ODC Residents Make Pride of Dakota Products
Residents at Valley City’s Open Door Center have been making Pride of Dakota products since the beginning of this year, and the demand for them just keeps increasing.
In January, the ODC purchased the Thunderbird Ranch Gourmet Foods line and moved it from a small western North Dakota town called Ray to Valley City.
ODC residents produce 29 Pride of Dakota food products that are sold online, at various Pride of Dakota shows, and in various retailers across the Midwest as well as in the Eagle’s Nest Bookstore.
“We have a number of people working on that (project) from mixing to packaging to mailing,” said Mary Simonson, director of the Open Door Center. “So people of all skills can work on that project.”
Thunderbird Ranch Gourmet Foods uses herbs and spices to create mixes for dips, cheeseballs, marinades, soups and breads.
All the recipes are made on site in the kitchen by ODC employees Kay Metcalf and Tiffany Berger, who are the only two who know the secret recipes.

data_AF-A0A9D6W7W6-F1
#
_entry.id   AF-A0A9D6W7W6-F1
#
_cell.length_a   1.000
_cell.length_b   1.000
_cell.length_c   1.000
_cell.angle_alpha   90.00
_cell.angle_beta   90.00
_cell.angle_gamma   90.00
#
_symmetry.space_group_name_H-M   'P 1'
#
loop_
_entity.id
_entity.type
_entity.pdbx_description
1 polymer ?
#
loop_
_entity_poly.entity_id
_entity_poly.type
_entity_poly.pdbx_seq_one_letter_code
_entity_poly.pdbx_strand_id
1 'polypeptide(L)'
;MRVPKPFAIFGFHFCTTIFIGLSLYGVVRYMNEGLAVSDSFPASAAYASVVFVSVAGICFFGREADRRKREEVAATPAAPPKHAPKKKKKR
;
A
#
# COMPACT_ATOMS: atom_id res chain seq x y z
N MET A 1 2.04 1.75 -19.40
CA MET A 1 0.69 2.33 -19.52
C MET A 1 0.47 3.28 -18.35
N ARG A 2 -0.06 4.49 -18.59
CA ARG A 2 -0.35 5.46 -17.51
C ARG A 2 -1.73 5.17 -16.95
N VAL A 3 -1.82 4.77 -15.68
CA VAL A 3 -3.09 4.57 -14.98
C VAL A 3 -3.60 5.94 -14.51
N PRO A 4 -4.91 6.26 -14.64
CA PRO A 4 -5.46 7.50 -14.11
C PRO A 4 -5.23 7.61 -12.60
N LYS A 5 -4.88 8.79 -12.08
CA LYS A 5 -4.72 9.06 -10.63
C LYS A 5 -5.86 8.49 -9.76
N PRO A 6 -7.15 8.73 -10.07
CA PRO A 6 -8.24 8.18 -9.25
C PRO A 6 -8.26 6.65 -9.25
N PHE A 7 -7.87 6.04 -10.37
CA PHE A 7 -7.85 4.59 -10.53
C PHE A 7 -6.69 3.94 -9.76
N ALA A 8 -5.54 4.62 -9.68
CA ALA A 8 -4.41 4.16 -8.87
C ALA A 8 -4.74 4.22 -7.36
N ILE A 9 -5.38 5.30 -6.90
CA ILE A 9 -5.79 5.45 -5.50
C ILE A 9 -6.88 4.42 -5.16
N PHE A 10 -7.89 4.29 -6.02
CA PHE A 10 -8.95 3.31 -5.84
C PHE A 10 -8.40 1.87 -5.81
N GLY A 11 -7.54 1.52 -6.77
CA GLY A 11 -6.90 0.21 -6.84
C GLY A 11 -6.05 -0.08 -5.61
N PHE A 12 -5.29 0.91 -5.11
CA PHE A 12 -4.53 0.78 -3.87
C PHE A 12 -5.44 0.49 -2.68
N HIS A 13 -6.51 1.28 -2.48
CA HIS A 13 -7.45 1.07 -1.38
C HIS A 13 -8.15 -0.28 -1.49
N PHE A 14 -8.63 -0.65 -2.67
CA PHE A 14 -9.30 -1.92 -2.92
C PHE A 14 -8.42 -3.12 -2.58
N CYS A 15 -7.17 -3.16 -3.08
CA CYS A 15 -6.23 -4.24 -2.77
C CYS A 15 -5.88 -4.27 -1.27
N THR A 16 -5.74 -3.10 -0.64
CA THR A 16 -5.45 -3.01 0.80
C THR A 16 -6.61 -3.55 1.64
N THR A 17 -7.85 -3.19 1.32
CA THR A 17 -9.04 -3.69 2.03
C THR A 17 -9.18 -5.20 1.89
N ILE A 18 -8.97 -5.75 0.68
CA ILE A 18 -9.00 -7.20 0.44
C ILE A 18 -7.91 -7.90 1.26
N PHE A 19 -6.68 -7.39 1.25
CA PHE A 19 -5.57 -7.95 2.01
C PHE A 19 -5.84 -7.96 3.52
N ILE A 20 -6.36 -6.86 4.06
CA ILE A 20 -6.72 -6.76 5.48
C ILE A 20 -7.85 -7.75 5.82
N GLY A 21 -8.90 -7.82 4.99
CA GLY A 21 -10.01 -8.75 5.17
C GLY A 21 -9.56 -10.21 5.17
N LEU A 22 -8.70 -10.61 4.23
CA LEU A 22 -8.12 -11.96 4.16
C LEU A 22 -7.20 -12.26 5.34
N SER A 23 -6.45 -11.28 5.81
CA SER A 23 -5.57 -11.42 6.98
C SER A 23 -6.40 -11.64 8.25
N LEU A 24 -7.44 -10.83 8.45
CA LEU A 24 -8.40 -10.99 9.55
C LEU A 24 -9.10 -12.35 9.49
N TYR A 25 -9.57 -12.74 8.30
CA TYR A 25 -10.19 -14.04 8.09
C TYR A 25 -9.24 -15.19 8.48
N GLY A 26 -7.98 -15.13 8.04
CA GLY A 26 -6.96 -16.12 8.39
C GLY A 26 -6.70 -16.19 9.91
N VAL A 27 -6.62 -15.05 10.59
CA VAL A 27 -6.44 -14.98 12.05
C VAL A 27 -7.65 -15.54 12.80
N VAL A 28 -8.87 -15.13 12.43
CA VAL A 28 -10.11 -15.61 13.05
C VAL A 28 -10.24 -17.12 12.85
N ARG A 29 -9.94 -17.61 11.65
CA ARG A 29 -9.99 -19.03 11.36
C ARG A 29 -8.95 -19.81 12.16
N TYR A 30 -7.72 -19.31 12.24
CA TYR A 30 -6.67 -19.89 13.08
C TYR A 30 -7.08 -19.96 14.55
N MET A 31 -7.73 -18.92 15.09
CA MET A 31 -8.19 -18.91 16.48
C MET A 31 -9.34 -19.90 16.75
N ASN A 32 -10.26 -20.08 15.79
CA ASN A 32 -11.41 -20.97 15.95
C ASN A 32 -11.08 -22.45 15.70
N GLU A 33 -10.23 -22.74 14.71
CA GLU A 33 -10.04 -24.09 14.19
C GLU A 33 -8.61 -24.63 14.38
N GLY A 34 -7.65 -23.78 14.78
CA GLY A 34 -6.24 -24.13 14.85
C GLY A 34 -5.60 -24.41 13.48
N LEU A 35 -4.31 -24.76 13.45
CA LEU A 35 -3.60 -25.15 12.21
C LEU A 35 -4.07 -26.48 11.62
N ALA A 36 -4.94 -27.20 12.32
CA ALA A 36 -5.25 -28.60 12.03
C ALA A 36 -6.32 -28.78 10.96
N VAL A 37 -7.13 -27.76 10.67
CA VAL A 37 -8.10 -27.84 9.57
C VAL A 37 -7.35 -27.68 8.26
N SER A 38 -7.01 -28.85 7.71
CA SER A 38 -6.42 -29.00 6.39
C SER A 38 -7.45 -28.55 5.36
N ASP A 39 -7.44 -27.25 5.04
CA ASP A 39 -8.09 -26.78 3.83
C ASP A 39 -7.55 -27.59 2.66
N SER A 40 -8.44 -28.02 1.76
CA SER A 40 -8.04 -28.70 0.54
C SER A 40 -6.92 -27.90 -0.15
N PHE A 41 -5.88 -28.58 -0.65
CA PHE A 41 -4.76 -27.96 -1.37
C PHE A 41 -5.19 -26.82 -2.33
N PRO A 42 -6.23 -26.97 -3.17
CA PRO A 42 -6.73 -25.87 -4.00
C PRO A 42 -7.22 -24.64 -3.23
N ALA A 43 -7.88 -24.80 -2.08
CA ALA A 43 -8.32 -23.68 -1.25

Metcalf said they try to use North Dakota products to create their products. They purchase their sugar from Crystal Sugar, their pasta from Dakota Growers in Carrington, and their flour from the mill in Grand Forks. Their lentils come from Jamestown.
“We try to do as much business in the state as we can,” Metcalf said.
The products are packaged and finished in the facility too.
One way the ODC plans to expand its line is by adding products that are gluten-free. Simonson explained that gluten-free foods benefit people who have autism. She said products that do not contain gluten have been shown to lessen autistic symptoms.
Pride of Dakota is a program created to provide marketing to North Dakota businesses. Pride of Dakota members are able to attend showcases to sell their products and have access to grant and educational opportunities.
Other well-known Pride of Dakota food products are Cloverdale Meats, based in Mandan, and Baker Boy Bake Shop, based in Dickinson.
Sue Milender, food service director at Valley City Public Schools, said the food services staff tries to “support products that are made or produced in North Dakota.”
But not all Pride of Dakota companies sell food. Other companies sell jewelry, photography and spa products along with a long list of North Dakota-based manufacturers.